© 2020 – 2023 AEA3 WEB | AEAƎ United Kingdom News

Aukus nuclear submarine deal loophole prompts proliferation fears

The scheme allowing nuclear materials in Australian submarines worries experts about the precedent of safeguard removal

The Aukus scheme announced on Monday in San Diego represents the first time a loophole in the 1968 Nuclear Non-Proliferation Treaty (NPT) has been used to transfer fissile material and nuclear technology from a nuclear weapons state to a non-weapons state.

The loophole is paragraph 14, and it allows fissile material utilized for non-explosive military use, like naval propulsion, to be exempt from inspections and monitoring by the UN nuclear watchdog, the International Atomic Energy Agency (IAEA). It makes arms controls experts nervous because it sets a precedent that could be used by others to hide highly enriched uranium, or plutonium, the core of a nuclear weapon, from international oversight.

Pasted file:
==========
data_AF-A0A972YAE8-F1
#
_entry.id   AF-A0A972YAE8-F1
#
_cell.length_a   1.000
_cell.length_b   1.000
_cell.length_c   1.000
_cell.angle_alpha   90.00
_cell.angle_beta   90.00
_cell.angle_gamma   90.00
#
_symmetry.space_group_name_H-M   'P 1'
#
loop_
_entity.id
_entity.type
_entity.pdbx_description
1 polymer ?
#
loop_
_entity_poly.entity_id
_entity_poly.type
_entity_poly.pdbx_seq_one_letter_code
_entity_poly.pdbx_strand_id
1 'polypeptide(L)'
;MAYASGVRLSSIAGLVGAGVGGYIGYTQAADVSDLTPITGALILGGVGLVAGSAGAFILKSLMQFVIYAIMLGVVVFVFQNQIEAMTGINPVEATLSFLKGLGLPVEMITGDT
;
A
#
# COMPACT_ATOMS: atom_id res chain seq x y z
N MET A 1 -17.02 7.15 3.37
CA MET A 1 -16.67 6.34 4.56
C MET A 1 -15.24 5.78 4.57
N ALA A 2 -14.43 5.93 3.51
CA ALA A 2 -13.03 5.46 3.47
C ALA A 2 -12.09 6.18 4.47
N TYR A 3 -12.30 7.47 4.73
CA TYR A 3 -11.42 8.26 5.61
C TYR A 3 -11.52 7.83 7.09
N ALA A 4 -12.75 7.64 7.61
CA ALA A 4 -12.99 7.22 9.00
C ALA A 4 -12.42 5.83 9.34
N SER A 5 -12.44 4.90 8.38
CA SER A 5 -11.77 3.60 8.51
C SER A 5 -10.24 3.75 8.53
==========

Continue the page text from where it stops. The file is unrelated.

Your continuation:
Continue reading…

Related posts

‘A reverse Robin Hood’: key exchanges from Liz Truss’s radio interviews


IMF chief warns world heading towards age of greater instability


‘They were furious’: the Russian soldiers refusing to fight in Ukraine